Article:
European directives on quality objectives, which vary according to the intended use of the water (drinking water, bathing water or water suitable for fish-breeding), lay down the pollution or nuisance levels not to be exceeded in a given surrounding or part thereof. They fix certain mandatory values, which must not be exceeded, and some guide values, which Member States endeavour to comply with.
A Directive establishes specific measures as provided for in Article 17(1) and (2) of Framework-Directive 2000/60 in order to prevent and control groundwater pollution [Directive 2006/118, last amended by Directive 2014/80]. These measures include in particular: (a) criteria for the assessment of good groundwater chemical status; and (b) criteria for the identification and reversal of significant and sustained upward trends and for the definition of starting points for trend reversals.
Concerning the quality of water intended for human consumption and water used in the food-manufacturing industries, a Directive lays down "mandatory" values and "guide" values i.e. maximum admissible concentrations of numerous undesirable elements for all water supplied for human consumption or used in the food industries [Directive 98/83, last amended by Directive 2015/1787], with the exception of natural mineral waters, which are governed by another Directive [Directive 2009/54]. A specific Directive lays down requirements for the protection of the health of the general public with regard to radioactive substances in water intended for human consumption [Directive 2013/51].
As regards bathing water, a Directive lays down quality standards for running or still fresh water and sea water in regions in which bathing is authorised or tolerated [Directive 2006/7]. The Directive lays down a sampling procedure and fixes the frequency of the checks to be carried out and the methods of analysis to be applied to areas where the number of bathers is highest, and in particular at peak bathing times. The Member States have to forward to the Commission each year a summary report concerning the most significant properties of their bathing waters. The Commission publishes an annual summary report on bathing water quality in the European Union, including bathing water classifications, conformity with this Directive and significant management measures undertaken. Thus, this Directive represents an impressive undertaking for cleaning up Europe's coastlines, requiring substantial investment in wastewater purifiers and diffusers, an undertaking that has proved to be well worth the effort. Indeed, thanks to the European directive there has been a big improvement in the quality of bathing waters in recent years.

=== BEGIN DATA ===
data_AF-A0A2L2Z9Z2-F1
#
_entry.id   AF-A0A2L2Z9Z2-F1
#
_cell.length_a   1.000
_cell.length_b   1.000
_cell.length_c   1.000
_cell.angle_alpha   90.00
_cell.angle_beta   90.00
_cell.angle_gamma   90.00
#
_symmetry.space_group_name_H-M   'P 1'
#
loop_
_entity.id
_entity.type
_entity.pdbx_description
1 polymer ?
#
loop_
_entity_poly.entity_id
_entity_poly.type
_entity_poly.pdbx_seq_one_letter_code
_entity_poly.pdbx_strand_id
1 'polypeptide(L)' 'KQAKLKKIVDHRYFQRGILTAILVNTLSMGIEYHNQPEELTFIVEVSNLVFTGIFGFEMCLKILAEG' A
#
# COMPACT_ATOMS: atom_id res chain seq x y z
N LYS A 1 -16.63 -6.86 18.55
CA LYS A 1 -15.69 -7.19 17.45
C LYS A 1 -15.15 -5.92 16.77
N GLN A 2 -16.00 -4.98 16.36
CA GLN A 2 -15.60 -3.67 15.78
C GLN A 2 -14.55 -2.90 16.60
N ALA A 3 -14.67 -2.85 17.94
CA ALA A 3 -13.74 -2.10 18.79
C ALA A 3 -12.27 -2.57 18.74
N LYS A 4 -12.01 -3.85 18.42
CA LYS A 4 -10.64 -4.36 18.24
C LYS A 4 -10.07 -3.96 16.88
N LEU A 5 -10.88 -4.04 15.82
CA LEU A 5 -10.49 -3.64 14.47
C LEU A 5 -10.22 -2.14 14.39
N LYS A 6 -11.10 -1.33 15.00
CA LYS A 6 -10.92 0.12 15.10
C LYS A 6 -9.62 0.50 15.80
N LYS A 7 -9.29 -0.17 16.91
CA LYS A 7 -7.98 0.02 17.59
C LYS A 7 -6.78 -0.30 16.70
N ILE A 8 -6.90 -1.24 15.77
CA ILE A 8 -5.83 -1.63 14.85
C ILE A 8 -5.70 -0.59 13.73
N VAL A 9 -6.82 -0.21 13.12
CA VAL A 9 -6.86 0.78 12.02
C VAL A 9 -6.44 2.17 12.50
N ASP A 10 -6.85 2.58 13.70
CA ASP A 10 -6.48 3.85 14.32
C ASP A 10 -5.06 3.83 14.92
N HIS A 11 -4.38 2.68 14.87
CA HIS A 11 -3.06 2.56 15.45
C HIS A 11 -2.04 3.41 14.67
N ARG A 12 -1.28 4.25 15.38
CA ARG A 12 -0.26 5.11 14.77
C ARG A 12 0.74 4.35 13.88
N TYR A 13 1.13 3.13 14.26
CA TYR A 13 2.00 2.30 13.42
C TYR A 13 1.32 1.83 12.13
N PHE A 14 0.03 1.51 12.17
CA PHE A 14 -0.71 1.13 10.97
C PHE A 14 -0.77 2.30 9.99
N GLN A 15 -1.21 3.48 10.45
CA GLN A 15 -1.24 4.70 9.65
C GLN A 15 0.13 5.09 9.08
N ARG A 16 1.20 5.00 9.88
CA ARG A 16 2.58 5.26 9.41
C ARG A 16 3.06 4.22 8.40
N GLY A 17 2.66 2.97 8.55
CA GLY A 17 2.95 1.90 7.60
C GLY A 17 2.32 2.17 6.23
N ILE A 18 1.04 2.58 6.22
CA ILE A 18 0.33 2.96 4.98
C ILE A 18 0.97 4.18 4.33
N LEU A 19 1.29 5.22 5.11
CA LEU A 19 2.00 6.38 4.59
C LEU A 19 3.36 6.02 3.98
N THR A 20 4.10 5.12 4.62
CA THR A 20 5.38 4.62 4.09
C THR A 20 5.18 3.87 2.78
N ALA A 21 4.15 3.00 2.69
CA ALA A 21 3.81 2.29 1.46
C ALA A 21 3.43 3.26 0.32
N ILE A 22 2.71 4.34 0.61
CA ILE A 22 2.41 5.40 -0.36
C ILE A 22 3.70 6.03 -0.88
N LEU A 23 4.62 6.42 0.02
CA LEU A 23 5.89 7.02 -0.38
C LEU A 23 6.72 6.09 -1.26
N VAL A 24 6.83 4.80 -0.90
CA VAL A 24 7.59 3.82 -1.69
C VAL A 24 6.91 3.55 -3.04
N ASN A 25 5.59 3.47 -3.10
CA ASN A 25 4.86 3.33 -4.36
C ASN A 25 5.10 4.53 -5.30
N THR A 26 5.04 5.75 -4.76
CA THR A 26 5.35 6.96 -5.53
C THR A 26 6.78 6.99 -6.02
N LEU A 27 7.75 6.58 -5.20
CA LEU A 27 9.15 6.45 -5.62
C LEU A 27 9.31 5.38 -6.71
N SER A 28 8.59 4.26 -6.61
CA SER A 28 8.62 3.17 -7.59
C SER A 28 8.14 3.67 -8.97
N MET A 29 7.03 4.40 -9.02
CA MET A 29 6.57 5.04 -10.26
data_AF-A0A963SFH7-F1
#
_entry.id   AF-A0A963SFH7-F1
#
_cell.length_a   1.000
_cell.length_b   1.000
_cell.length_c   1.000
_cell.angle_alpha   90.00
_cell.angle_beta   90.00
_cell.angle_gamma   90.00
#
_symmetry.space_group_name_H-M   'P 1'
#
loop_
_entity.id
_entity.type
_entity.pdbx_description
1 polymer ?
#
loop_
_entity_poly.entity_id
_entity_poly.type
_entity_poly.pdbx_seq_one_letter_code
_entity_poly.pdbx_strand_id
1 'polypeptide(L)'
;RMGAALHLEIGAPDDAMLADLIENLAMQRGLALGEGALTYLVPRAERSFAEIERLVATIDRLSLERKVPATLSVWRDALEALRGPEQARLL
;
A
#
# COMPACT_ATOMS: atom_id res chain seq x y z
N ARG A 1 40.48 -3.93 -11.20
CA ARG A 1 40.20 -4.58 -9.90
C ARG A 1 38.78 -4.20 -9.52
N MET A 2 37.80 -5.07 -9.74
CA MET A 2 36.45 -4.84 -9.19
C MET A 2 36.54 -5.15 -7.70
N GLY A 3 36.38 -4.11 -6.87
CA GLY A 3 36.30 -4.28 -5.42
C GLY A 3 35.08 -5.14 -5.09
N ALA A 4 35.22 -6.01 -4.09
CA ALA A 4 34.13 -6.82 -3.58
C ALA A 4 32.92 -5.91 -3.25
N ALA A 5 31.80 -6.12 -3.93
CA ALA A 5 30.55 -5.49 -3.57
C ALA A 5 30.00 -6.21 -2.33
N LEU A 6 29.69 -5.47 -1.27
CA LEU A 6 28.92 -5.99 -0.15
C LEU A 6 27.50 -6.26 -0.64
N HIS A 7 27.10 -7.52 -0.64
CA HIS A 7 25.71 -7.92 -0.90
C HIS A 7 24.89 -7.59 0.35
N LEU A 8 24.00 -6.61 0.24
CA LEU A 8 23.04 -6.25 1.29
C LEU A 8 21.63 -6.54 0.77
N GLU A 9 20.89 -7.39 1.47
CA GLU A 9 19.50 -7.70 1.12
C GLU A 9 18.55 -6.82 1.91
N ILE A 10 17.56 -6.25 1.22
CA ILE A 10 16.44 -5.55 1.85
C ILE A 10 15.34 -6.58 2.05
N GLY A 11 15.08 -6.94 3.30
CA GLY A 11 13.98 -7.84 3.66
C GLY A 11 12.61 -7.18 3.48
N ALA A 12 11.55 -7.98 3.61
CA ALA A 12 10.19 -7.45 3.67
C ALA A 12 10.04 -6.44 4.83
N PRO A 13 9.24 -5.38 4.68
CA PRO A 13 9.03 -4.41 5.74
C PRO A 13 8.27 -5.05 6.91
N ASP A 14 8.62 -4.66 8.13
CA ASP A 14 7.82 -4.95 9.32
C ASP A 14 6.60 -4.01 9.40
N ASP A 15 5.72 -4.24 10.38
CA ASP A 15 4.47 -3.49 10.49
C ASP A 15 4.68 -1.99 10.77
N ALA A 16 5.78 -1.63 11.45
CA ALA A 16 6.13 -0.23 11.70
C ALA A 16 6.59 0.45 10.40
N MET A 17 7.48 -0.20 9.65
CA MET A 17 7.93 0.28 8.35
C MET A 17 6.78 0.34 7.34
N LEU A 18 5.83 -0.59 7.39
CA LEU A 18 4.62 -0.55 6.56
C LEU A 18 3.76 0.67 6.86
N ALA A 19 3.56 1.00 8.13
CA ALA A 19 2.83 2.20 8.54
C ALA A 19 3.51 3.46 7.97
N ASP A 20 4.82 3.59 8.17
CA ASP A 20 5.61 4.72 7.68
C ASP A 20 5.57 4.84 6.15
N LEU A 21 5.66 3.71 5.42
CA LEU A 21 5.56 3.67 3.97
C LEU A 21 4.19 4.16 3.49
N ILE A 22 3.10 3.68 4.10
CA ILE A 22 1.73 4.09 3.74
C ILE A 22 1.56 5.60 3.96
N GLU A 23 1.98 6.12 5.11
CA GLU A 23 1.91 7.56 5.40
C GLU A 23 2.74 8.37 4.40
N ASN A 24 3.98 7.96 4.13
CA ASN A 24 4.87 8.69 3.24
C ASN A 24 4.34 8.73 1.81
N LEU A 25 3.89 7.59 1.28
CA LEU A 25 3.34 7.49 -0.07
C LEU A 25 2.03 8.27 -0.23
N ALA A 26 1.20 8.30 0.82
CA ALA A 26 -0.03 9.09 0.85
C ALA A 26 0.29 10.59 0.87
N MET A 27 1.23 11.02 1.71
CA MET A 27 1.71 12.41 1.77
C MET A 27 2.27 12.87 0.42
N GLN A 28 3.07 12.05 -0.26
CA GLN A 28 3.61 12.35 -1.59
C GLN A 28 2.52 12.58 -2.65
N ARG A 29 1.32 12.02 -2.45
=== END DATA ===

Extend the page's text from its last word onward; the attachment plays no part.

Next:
A Directive aims to protect or improve the quality of those running or standing fresh waters which support, or which, if pollution were reduced or eliminated, would become capable of supporting fish life [Directive 2006/44]. A Directive on the quality required of shellfish waters, is directed towards protecting and improving such waters in order to permit the development of molluscs in favourable conditions and to contribute to the good quality of edible shellfish [Directive 2006/113].